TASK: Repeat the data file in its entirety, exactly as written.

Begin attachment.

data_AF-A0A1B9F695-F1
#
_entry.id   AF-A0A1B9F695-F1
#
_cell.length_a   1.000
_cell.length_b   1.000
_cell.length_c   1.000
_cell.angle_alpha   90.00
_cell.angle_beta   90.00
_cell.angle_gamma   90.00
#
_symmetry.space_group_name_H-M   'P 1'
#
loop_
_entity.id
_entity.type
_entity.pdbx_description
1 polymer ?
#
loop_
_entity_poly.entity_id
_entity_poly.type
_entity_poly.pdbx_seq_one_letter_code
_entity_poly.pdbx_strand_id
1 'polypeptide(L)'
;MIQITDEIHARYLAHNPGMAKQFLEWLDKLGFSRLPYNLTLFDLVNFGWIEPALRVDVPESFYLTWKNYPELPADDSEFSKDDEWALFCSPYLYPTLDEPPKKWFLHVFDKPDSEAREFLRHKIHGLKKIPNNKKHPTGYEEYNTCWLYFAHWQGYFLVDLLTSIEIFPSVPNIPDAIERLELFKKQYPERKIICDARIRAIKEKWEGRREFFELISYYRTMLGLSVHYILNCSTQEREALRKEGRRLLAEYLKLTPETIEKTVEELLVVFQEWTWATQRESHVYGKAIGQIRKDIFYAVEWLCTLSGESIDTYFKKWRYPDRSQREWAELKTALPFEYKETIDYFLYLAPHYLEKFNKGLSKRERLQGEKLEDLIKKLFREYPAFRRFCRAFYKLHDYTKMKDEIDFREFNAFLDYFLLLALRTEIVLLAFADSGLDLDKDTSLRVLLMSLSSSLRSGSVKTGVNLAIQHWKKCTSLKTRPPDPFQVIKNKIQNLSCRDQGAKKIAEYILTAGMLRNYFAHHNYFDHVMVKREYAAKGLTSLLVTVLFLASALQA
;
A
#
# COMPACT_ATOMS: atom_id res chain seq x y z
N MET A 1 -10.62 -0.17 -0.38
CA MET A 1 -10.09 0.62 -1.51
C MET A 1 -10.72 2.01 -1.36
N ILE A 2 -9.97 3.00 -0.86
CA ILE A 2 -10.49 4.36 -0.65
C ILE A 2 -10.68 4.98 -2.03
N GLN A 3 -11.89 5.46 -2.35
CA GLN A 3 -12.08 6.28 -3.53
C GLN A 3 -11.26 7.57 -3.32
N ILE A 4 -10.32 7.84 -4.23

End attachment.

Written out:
data_AF-A0A1B9F695-F1
#
_entry.id   AF-A0A1B9F695-F1
#
_cell.length_a   1.000
_cell.length_b   1.000
_cell.length_c   1.000
_cell.angle_alpha   90.00
_cell.angle_beta   90.00
_cell.angle_gamma   90.00
#
_symmetry.space_group_name_H-M   'P 1'
#
loop_
_entity.id
_entity.type
_entity.pdbx_description
1 polymer ?
#
loop_
_entity_poly.entity_id
_entity_poly.type
_entity_poly.pdbx_seq_one_letter_code
_entity_poly.pdbx_strand_id
1 'polypeptide(L)'
;MIQITDEIHARYLAHNPGMAKQFLEWLDKLGFSRLPYNLTLFDLVNFGWIEPALRVDVPESFYLTWKNYPELPADDSEFSKDDEWALFCSPYLYPTLDEPPKKWFLHVFDKPDSEAREFLRHKIHGLKKIPNNKKHPTGYEEYNTCWLYFAHWQGYFLVDLLTSIEIFPSVPNIPDAIERLELFKKQYPERKIICDARIRAIKEKWEGRREFFELISYYRTMLGLSVHYILNCSTQEREALRKEGRRLLAEYLKLTPETIEKTVEELLVVFQEWTWATQRESHVYGKAIGQIRKDIFYAVEWLCTLSGESIDTYFKKWRYPDRSQREWAELKTALPFEYKETIDYFLYLAPHYLEKFNKGLSKRERLQGEKLEDLIKKLFREYPAFRRFCRAFYKLHDYTKMKDEIDFREFNAFLDYFLLLALRTEIVLLAFADSGLDLDKDTSLRVLLMSLSSSLRSGSVKTGVNLAIQHWKKCTSLKTRPPDPFQVIKNKIQNLSCRDQGAKKIAEYILTAGMLRNYFAHHNYFDHVMVKREYAAKGLTSLLVTVLFLASALQA
;
A
#
# COMPACT_ATOMS: atom_id res chain seq x y z
N MET A 1 -10.62 -0.17 -0.38
CA MET A 1 -10.09 0.62 -1.51
C MET A 1 -10.72 2.01 -1.36
N ILE A 2 -9.97 3.00 -0.86
CA ILE A 2 -10.49 4.36 -0.65
C ILE A 2 -10.68 4.98 -2.03
N GLN A 3 -11.89 5.46 -2.35
CA GLN A 3 -12.08 6.28 -3.53
C GLN A 3 -11.26 7.57 -3.32
N ILE A 4 -10.32 7.84 -4.23